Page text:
This week Golf Datatech announces it’s latest study into the market for Distance Measuring Devices (DMD’s). We’ve been looking into this category since 2011 and working with manufacturers and marketers of products designed to determine the yardage from Point A to Point B.
It’s a category that’s undergone revolutionary change in the past 15-20 years.
Before digital measuring devices became standard equipment for the vast majority of avid golfers, golf courses might have had a “150 yard stake” or a small bush planted on the sides of the fairway to represent a rough approximation of how far the golfer was from the middle of the green.
In those days, it was not uncommon to see golfers triangulating their way around the course, pacing off how their ball was from the imaginary line that went between these markers and their golf ball.
To say that the game was much more about feel and far less about data and precision would be an understatement.
Eventually these crude approximations of distance were replaced by “marked sprinkler heads” which had more precise measurements to the front, middle and back of the green, and in their day were a major breakthrough in distance management, however it still did not provide anywhere near the insights that golfers wanted.
Watching tour players with exact yardage, provided by their highly skilled caddies was what golfers wanted. Never mind that their game was nowhere near as precise as the tour pro, golfers wanted to know exact distances.
“To say that the game was much more about feel and far less about data and precision would be an understatement”
Golfers wanted more accuracy, and they wanted it from wherever they hit the ball, not just from the markers found on the marked sprinkles. Distance Devices started to replace sprinkler heads and GPS based devices dominated the early days of the technology. Originally hand-held devices were most used, then things moved toward wrist watches, and more recently, lasers have become dominant.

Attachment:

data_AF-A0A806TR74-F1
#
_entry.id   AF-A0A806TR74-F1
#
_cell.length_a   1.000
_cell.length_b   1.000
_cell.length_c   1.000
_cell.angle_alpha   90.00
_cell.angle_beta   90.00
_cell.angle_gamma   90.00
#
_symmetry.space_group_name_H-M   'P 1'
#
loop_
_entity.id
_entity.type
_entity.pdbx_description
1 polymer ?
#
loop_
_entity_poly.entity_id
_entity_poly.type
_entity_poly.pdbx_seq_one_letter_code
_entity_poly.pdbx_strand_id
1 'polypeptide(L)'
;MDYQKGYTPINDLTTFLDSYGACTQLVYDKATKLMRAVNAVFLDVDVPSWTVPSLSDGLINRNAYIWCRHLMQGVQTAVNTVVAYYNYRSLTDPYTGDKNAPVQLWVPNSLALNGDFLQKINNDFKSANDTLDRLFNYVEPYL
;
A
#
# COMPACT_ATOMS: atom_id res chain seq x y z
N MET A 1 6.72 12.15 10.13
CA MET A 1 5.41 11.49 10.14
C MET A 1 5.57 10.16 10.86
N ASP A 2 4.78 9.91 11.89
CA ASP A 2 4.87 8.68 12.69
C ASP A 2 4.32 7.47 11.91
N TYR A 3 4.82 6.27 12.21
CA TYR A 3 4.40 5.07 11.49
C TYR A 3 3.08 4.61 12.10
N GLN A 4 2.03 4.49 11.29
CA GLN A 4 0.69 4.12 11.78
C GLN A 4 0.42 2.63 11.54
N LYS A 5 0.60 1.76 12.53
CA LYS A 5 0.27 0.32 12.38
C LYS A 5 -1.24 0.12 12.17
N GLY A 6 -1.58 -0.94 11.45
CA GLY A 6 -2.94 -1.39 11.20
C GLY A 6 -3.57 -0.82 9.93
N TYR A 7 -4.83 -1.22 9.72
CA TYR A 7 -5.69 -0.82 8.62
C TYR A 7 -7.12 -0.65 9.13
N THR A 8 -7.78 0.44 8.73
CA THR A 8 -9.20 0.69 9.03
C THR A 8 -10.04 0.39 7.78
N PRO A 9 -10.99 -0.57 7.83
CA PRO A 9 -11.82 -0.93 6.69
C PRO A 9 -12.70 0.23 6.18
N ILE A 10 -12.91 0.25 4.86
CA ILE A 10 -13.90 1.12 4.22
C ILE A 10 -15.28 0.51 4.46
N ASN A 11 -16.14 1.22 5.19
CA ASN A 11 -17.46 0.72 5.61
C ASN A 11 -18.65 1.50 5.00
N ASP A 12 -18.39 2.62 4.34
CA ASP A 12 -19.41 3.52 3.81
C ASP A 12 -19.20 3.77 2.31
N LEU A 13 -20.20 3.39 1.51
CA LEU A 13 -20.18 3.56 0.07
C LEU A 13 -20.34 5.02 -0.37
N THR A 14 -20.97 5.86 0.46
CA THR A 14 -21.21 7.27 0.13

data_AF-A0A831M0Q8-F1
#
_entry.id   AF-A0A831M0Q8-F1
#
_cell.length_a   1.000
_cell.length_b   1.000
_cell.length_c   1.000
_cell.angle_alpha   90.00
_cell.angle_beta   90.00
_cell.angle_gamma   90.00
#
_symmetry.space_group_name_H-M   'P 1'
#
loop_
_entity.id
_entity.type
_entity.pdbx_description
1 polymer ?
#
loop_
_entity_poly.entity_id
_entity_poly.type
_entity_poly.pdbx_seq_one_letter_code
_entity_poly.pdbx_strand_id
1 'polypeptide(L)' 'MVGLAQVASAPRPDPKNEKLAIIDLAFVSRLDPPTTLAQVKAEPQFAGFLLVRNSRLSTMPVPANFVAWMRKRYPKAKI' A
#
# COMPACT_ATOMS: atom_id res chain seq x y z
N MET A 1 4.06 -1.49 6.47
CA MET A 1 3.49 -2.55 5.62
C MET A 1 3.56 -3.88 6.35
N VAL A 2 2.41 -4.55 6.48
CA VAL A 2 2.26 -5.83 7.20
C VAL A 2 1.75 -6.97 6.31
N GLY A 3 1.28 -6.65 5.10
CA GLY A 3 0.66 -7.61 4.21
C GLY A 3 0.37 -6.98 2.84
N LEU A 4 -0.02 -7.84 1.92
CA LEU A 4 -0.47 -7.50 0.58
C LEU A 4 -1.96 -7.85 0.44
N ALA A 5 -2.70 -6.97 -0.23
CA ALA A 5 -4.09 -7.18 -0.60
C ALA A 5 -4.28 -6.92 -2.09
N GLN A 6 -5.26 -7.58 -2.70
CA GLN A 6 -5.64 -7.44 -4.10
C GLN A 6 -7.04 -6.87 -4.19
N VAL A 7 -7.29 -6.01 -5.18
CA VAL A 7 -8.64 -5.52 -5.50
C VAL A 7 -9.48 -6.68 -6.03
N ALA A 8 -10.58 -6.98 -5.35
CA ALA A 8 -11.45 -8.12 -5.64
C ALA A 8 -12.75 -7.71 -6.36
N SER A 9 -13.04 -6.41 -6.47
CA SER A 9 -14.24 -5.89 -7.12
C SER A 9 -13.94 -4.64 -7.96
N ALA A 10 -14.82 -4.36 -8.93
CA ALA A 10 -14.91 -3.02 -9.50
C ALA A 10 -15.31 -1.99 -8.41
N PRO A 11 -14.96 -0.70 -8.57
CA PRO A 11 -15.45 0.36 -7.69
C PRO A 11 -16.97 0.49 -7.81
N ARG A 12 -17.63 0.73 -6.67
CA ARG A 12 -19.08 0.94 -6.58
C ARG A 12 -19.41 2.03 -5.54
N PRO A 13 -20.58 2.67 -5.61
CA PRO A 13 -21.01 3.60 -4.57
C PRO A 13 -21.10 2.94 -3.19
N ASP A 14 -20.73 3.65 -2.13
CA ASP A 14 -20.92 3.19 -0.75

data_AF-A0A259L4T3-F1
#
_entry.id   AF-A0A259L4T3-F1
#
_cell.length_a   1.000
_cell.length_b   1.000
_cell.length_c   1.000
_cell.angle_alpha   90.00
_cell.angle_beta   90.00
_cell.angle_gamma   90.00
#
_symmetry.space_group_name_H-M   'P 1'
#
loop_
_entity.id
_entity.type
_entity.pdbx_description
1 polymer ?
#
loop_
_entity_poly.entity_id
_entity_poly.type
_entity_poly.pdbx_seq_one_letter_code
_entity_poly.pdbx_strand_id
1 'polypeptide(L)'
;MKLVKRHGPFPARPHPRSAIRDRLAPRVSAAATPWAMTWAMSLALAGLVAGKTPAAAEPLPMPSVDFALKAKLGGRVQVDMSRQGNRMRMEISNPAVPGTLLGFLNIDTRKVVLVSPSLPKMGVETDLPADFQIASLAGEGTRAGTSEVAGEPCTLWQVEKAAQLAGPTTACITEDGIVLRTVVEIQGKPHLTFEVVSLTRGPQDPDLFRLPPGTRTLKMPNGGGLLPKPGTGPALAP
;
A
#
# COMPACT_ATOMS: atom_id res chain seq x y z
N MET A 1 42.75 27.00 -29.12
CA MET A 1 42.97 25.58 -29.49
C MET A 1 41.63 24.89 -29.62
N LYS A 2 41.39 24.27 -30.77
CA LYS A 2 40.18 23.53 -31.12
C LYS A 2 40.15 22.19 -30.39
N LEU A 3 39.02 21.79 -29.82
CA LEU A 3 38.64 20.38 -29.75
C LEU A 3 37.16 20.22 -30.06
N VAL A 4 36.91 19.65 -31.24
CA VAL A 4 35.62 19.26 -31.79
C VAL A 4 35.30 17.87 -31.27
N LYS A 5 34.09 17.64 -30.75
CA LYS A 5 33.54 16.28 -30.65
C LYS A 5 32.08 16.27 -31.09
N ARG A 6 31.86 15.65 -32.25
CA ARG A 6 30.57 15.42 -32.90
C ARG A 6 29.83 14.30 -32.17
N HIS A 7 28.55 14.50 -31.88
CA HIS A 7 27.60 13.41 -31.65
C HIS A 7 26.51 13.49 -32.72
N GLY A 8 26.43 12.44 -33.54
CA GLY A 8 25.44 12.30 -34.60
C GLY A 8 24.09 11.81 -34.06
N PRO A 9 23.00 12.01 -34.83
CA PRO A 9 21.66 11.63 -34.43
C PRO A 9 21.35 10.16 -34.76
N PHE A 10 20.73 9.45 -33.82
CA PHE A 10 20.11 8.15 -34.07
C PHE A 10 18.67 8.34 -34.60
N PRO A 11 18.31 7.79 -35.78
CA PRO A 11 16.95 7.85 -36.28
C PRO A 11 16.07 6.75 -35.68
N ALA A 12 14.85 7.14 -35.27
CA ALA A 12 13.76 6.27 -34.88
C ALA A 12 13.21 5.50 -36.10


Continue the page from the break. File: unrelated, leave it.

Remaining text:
Deep Dive into Distance
Golf Datatech is the only resource for estimates of the overall size of the US DMD market by product type. Our most recent study estimates total sales to be larger than the hybrid golf club market but smaller than putters – down slightly from Covid-driven highs enjoyed in 2022 – with many sales moving online and away from some of the traditional outlets.
Beyond quantitative insights into the DMD category, the study also delves into likes, dislikes, attitudes, and preferences across the various products within the category. And, beginning in 2019, we did an initial look into the use of smart watches by golfers, both on the course and off.
DMD’s and App’s
… And then there is the onslaught of potential app’s that have been developed to work via your smart phone or smart watch. While app’s are everywhere, they are very often perceived as being less than ideal, and frequently are a “fall back” option to be used when the golfers’ primary device is not working, the battery has died, or they forgot to bring it along.
Included in the latest DMD study
Over the past 15 or so years this product category has undergone monumental shifts in how it is perceived and how the devices are used. Given further technological changes that are likely to impact the chip sector, it’s quite possible, perhaps even likely, that this is a category that will continue to evolve significantly.
But how much has it changed?
Where will it go?
What do golfers like/dislike about their DMD?
What is their preferred DMD?
These are all questions we delve into in the 2023 DMD report. If you are in the business of making, selling, or marketing Distance Devices for golfers, this study contains “must have” insights into the business of selling these products.